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Perpendicular lines

  1. Jan 25, 2010 #1
    A very simple and noob question, sorry for this.

    Looking at http://en.wikipedia.org/wiki/Perpendicular I found that two lines are perpendicular if and only if the product of their slopes is -1.

    If I have two lines described by the following equations:

    y = ax + b
    g = cx + d

    then they're perpendicular if ac = -1 right? Okay...

    What's the explanation for this? How do I conclude that they're only perpendicular if and only if the product of their slopes is -1?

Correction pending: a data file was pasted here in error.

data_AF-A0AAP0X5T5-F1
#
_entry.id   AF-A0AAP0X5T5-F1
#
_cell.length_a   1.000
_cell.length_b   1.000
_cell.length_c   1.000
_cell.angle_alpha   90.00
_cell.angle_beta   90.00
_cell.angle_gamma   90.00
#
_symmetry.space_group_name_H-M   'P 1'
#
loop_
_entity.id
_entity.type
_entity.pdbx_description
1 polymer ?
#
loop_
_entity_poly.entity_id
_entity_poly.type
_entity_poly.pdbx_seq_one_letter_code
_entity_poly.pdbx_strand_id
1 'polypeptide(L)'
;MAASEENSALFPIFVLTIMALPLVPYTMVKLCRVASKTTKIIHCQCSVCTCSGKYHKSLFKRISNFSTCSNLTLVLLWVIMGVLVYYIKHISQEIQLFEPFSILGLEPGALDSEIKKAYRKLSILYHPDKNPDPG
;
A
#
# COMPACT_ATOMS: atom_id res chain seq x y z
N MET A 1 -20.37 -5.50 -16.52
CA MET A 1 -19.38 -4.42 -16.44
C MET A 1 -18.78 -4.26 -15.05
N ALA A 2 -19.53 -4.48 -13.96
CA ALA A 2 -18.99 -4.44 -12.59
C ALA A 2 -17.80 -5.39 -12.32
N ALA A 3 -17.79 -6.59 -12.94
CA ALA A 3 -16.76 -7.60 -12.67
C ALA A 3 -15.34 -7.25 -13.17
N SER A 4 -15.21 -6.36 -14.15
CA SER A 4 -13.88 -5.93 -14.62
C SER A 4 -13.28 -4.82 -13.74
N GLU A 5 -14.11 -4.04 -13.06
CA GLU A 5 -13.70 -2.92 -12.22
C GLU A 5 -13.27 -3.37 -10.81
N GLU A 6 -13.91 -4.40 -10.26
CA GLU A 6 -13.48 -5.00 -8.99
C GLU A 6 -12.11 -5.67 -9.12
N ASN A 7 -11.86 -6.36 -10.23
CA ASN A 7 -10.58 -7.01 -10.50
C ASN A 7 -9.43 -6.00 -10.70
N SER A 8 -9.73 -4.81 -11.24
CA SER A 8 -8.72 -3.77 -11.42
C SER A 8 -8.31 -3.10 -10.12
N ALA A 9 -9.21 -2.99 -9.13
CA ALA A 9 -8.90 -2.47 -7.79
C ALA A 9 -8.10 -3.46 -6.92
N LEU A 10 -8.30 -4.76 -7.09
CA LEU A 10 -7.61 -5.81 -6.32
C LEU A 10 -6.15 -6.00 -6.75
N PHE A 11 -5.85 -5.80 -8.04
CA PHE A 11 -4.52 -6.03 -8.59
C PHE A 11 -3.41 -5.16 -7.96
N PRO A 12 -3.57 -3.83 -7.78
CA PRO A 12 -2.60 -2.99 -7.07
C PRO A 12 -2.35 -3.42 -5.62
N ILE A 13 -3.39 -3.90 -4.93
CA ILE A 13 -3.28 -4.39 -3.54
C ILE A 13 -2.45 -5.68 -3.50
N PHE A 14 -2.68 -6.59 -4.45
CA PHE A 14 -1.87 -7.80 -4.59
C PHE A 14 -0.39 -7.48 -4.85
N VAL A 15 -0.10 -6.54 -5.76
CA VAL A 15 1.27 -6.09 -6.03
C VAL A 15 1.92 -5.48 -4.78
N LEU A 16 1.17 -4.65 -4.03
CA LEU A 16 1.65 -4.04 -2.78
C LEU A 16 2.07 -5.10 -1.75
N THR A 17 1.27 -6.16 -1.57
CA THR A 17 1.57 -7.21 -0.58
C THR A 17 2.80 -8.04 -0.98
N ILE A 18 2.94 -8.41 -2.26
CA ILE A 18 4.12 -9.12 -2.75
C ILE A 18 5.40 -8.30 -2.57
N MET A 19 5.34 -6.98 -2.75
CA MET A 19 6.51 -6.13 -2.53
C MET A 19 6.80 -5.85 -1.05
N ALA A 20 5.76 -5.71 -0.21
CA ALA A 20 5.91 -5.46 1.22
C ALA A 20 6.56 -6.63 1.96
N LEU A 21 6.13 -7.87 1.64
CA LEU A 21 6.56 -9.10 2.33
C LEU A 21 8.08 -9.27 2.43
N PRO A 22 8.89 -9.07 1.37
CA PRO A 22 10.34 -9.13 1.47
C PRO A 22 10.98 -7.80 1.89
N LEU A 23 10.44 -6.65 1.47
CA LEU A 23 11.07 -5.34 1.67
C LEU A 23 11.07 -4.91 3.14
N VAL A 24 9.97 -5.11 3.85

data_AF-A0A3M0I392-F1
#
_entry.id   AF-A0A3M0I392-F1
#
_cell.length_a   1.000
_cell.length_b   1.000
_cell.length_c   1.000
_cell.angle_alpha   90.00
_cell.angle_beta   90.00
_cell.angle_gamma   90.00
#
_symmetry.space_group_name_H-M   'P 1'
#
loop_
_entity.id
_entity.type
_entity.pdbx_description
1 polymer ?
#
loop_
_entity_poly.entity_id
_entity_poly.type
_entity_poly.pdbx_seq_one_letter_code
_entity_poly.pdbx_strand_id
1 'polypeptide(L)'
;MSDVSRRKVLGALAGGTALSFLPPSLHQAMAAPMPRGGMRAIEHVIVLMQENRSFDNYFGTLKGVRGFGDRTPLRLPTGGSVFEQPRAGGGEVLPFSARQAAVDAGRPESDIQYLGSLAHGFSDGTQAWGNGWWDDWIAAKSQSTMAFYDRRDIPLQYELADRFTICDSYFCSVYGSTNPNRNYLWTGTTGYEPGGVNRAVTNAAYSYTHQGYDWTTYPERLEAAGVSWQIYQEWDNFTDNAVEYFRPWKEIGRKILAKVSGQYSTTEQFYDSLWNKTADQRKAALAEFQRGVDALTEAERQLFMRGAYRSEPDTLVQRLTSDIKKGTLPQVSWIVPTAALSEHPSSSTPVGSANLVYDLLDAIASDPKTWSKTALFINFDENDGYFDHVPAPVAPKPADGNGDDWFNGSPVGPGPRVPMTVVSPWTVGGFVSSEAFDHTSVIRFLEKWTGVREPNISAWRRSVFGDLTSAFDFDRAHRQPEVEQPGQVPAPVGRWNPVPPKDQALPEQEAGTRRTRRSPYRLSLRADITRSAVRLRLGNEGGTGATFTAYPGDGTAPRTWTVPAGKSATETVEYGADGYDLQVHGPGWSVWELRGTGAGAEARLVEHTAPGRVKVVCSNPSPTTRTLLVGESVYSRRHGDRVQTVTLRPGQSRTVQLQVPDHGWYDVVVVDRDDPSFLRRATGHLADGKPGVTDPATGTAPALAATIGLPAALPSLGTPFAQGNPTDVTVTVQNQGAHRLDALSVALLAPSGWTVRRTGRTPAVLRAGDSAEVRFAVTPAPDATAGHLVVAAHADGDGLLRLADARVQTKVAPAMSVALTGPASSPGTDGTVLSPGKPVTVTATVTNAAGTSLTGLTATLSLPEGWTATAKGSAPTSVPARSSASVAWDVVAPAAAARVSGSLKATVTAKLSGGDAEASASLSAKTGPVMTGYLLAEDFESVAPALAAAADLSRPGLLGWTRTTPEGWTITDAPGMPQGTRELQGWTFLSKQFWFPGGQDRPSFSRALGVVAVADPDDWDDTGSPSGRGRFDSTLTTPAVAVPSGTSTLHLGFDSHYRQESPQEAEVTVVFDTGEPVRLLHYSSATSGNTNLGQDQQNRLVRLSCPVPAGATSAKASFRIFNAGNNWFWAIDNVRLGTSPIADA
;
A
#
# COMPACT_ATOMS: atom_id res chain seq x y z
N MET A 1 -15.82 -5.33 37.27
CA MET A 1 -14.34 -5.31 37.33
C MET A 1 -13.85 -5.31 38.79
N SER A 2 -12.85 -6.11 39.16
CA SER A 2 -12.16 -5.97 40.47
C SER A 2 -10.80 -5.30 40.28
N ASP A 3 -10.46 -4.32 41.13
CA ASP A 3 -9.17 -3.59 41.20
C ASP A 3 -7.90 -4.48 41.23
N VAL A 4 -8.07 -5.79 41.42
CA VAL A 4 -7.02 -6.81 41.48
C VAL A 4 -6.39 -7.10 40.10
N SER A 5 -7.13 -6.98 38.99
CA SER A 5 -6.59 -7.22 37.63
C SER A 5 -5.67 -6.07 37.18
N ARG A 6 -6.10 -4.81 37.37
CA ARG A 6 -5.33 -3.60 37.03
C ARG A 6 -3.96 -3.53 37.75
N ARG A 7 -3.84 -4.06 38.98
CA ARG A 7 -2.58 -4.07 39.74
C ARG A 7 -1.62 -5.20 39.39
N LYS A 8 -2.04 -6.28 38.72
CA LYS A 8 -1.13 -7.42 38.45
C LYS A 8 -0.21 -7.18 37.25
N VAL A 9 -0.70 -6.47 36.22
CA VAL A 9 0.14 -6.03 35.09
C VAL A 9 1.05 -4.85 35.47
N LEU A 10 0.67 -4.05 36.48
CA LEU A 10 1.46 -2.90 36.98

Just another little question: the slope of a line is the tangent of the angle between the line and the x-axis? that's right?

    Thank you
     
  2. jcsd
  3. Jan 26, 2010 #2

    tiny-tim

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    Science Advisor
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    HI Taturana! :smile:
    That's right :smile: … slope = tan, and so …

    tan(90º + θ) = sin(90º + θ)/cos(90º + θ) = cosθ/(-sinθ) = -1/tanθ. :wink:

    (or you can prove it just as easily by drawing it)
     
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